Despite it's conventional mystery structure, it's more of an exercise in sustained mood and atmosphere than a typical sci fi/horror movie where Gere didn't get a chance to do anything much except look stressed. There is plenty of nervy camerawork, funny noises, flashes of barely glimpsed visuals of obscure significance, spooky music courtesy of Tomandandy and a generally enigmatic air. Many people's main problem with The Mothman Prophecies is its insistence that you take it's "true-life" mysteries very seriously, though compared to the book, it's quite restrained. The Mothman is represented by abstract images, and the bizarre "Men in Black" of the book are reduced to a sinister voice in the telephone.

One issue which may be more valid with all this is that two hours is a long time to sit through a film that refuses to explain itself. Alan Bates turns up as a paranormal investigator with vague ideas of higher beings and an unhelpful "there are some things man was not meant to know" attitude which the film finally adopts for itself. The Bates character is named Leek, alluding to a more faithful representation of the actual Keel, who as this plays is a hybrid of the two journalists, as if the script got cold feet about dedicating itself to endorsing the source, which had a bit of a cheek considering how it was relying on its conundrums to bring in the punters. However, the finale is spectacular enough to justify your interest as the cop Connie (Laura Linney) and her wise words about there being some events you simply cannot do anything about come back to haunt them.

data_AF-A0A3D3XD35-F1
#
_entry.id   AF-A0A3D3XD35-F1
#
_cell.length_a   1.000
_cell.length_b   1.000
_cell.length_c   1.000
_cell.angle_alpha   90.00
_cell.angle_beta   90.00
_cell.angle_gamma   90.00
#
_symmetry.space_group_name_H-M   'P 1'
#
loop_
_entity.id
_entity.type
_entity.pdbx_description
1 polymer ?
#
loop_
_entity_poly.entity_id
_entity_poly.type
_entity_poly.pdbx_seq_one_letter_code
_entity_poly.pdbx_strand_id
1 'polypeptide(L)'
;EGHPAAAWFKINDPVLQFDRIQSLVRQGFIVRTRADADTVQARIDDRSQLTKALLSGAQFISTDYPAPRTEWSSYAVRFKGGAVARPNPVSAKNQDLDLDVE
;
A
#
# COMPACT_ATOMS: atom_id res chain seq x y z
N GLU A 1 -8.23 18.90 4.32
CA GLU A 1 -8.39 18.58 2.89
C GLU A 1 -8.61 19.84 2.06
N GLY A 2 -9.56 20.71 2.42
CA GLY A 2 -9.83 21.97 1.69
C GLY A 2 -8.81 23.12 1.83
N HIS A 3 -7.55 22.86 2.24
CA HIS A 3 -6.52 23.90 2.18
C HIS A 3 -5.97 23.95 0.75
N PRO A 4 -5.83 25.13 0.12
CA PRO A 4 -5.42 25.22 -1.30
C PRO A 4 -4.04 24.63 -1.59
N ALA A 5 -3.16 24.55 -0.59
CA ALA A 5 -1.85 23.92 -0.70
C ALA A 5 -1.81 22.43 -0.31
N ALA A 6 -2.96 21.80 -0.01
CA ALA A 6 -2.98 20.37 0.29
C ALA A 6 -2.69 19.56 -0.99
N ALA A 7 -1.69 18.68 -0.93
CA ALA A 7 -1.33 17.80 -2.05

As this works out its themes, it's more about Klein's guilt at being unable to save his beloved wife manifested as the mystery than it is getting to the bottom of whatever uncanny entities may be working behind the scenes of the known universe. Still, there's plenty of that as well, with at least one semi-classic scene of spookiness where Klein receives a telephone call from the film's substitute Man in Black character while in his motel room and becomes convinced by the unseen, distorted voice on the line that the person (?) can actually see what he's doing in spite of being at the home of one of the paranoid victims of the curious machinations - use of the phone is underrated as a method of raising the hairs on the back of the audience's necks. Also with: lots of close-ups of ears, and director Mark Pellington as a bartender; as an exercise in creepy atmosphere, its shortcomings are almost overlooked. So there you go, a review of The Mothman Prophecies that doesn't mention The X Files. Oh, wait a minute...
Reviewer: Graeme Clark

 

This review has been viewed 4938 time(s).

As a member you could Rate this film

 
Review Comments (0)


Untitled 1

Login
  Username:
 
  Password:
 
   
 
Forgotten your details? Enter email address in Username box and click Reminder. Your details will be emailed to you.
   

Latest Poll
Which star is the best at shouting?
Arnold Schwarzenegger
Brian Blessed
Tiffany Haddish
Steve Carell
Olivia Colman
Captain Caveman
Sylvester Stallone
Gerard Butler
Samuel L. Jackson
Bipasha Basu
   
 
   

Recent Visitors
Graeme Clark
Darren Jones
Paul Smith
Andrew Pragasam
  Lee Fiveash
  Mick Stewart
Enoch Sneed
  Dsfgsdfg Dsgdsgsdg
   

 

Last Updated: